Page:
23/04/2020 - 06:34

Morning Headlines

23/04/2020 - 06:34

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Morning Headlines

Teachers defying virus science

Teachers’ unions are defying explicit advice from the nation’s most senior health officials that attending school is safe as they resist students returning to classrooms, sparking confusion among parents. The Aus

Contact tracing to be wound down

Contact tracing in Western Australia is winding down as new COVID-19 cases drop to single figures and near zero. The Aus

Drive-thru FIFO swab virus tests

Mining company Mineral Resources is raising the bar for COVID-19 screening in WA’s resources sector as it desperately tries to keep its workers safe, mine sites virus-free and lucrative operations continuing. The West

WA to lead way out

WA could be one of the first States to stage a smooth exit from the COVID-19 lockdowns because of its geographical position and the early measures it took to stop the spread of the virus. The West

Company tax rate back on table

Cuts to an ‘‘uncompetitively high’’ 30 per cent company tax rate are under serious consideration as part of a broader economic upheaval that the government believes will need to be on the same scale as the Hawke-Keating reforms of three decades ago. The Fin

Tourism's $3b hit

Coronavirus has cost WA’s tourism industry $3.1 billion and the loss of 30,500 jobs, according to Tourism Council WA which wants urgent government funding to save businesses from collapse. The West

Australia buys two days of cheap fuel

Energy Minister Angus Taylor announced an initial purchase of $94 million to establish the first government-owned oil reserves for domestic fuel security. The Fin

Afterpay urged to pitch in

The Morrison government is under pressure to force buy now, pay later companies and high-interest payday lenders to pass on interest holidays to distressed borrowers as banks have done during the COVID-19 crisis. The Fin

Corporate giants stand with Twiggy Forrest in fire fight

Some of Australia’s biggest companies have put aside business rivalries to work with mining billionaire Andrew ‘‘Twiggy’’ Forrest and former Data61 boss Adrian Turner to boost national disaster resilience. The Fin

Qantas equity raising closer to runway as travel ban clips airline’s wings

Expectations are mounting that national carrier Qantas could be the next major listed company to raise equity, with some questioning whether its fuel hedging contracts put it on the back foot. The Aus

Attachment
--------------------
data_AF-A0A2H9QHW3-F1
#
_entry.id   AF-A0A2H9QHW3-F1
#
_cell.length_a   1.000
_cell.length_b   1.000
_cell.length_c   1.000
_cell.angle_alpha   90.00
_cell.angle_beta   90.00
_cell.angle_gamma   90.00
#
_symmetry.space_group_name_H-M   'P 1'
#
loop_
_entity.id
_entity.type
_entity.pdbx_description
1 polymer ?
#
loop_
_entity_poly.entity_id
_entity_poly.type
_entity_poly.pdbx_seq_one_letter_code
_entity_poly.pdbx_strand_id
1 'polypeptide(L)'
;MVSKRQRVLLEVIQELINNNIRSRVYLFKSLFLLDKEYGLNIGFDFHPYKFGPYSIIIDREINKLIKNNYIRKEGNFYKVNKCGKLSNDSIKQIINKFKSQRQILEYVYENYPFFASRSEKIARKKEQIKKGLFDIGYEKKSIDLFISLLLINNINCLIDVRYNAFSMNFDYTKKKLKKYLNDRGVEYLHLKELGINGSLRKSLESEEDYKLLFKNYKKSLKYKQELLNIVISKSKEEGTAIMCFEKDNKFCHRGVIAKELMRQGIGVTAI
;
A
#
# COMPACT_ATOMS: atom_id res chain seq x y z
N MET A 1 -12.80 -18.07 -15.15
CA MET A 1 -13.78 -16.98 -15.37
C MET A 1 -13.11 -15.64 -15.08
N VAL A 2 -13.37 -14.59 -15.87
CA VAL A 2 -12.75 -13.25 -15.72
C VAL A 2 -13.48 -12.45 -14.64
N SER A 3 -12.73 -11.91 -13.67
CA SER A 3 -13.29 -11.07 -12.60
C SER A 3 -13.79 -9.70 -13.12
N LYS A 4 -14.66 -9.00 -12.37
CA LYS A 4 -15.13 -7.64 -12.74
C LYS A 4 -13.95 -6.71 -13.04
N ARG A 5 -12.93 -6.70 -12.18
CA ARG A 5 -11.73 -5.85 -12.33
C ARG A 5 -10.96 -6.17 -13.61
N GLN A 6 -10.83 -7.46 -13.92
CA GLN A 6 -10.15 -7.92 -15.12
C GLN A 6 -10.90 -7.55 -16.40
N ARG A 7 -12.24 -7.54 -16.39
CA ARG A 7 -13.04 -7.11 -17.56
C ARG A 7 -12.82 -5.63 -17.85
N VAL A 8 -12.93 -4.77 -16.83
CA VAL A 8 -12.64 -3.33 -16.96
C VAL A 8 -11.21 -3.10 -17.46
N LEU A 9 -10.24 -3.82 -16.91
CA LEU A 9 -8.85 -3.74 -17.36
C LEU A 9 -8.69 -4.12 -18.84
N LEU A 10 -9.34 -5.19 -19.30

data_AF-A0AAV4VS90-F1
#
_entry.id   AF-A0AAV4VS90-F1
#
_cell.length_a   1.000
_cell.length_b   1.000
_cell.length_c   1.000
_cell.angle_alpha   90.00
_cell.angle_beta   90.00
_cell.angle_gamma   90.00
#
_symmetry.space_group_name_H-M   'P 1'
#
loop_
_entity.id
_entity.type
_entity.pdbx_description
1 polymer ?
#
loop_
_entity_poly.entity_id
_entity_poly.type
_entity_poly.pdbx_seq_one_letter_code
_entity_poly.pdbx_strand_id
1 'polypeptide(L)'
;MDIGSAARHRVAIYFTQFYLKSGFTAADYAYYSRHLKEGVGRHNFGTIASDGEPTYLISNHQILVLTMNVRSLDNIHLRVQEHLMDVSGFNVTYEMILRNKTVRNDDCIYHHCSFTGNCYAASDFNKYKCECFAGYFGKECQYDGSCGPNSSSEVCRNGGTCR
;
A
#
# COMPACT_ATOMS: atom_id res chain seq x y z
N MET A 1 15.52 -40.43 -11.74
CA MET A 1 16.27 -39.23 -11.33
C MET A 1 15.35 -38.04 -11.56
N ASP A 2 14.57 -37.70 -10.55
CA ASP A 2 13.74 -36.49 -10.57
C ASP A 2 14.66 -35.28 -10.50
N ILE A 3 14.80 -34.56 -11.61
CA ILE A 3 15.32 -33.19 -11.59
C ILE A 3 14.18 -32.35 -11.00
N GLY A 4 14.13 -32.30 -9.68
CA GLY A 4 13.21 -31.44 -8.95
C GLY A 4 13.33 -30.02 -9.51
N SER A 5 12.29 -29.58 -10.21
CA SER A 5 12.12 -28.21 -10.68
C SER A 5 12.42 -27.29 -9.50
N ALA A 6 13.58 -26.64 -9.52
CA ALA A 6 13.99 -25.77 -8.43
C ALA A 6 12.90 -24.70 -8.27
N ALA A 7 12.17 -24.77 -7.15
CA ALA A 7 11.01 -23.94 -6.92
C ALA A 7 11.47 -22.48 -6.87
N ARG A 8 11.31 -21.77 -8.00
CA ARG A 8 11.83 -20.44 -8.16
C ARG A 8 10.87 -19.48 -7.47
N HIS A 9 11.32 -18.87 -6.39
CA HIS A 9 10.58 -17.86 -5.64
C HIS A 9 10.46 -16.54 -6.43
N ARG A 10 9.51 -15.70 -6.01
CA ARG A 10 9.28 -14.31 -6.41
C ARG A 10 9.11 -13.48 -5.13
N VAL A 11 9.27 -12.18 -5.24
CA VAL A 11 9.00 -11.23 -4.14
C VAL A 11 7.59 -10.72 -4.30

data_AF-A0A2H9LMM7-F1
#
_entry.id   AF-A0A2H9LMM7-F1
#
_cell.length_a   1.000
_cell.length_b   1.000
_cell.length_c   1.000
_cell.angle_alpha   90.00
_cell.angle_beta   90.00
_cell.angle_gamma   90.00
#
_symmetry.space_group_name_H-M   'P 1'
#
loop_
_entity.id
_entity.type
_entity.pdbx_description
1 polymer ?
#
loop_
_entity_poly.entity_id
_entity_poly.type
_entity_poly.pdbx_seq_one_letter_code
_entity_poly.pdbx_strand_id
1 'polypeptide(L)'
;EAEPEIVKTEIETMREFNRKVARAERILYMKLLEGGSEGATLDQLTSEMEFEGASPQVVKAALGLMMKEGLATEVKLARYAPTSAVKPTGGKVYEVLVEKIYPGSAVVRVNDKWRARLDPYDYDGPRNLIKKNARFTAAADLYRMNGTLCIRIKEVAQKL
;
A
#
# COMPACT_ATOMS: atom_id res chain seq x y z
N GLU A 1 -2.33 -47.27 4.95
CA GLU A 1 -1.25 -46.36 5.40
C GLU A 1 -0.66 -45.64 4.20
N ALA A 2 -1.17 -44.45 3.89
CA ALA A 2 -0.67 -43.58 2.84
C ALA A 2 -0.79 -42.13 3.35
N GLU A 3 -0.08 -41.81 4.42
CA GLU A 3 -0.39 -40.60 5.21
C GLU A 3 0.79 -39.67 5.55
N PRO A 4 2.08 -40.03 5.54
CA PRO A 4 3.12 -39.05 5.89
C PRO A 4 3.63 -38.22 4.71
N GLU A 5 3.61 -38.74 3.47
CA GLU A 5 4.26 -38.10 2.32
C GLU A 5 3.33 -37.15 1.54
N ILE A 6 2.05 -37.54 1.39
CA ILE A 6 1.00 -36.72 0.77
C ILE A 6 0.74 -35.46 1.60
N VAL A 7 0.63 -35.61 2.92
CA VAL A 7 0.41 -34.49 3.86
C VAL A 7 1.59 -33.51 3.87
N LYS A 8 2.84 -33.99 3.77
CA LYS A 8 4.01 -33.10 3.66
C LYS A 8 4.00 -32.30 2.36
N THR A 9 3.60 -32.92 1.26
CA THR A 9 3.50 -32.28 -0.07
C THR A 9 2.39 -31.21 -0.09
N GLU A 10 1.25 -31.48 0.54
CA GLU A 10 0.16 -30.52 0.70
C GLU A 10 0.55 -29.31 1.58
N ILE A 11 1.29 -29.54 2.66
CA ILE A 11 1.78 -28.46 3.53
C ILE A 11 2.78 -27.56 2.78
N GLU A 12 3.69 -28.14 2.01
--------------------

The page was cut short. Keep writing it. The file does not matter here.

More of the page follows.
The Australian Financial Review

Page 1: Cuts to an ‘‘uncompetitively high’’ 30 per cent company tax rate are under serious consideration as part of a broader economic upheaval that the government believes will need to be on the same scale as the Hawke-Keating reforms of three decades ago.

Page 2: East coast electricity and gas prices fell to their lowest levels in four years in the March quarter, and are expected to fall further when the full impact of the coronavirus hits the economy in coming months.

Page 3: Energy Minister Angus Taylor announced an initial purchase of $94 million to establish the first government-owned oil reserves for domestic fuel security.

Australia avoided using herd immunity as a strategy to defeat COVID-19, but now Sweden is about to show it is achievable through exercising moderate restraints.

Page 4: Federal Labor believes governments should take an equity stake in all ‘‘critical businesses’’ facing hardship, while Treasurer Josh Frydenberg has told leading CEOs to regard Virgin Australia as a warning that they too should not expect direct government intervention.

The Morrison government is under pressure to force buy now, pay later companies and high-interest payday lenders to pass on interest holidays to distressed borrowers as banks have done during the COVID-19 crisis.

Page 5: Hundreds of millions of dollars could be unlocked within weeks for infrastructure and transport projects the states want to bring forward to help dig Australia out of the downturn.

Page 7: New modelling suggests superannuation funds with lots of jobless members under the age of 45 could encounter liquidity problems even though early release claims are running in line with government’s targets.

Page 8: A senior partner at consultancy EY has said it would be unfair to cut pay without cutting the hours of under-utilised staff, as the firm continues its rollout of a four-day working week in response to the economic fallout of COVID-19.

Some of Australia’s biggest companies have put aside business rivalries to work with mining billionaire Andrew ‘‘Twiggy’’ Forrest and former Data61 boss Adrian Turner to boost national disaster resilience.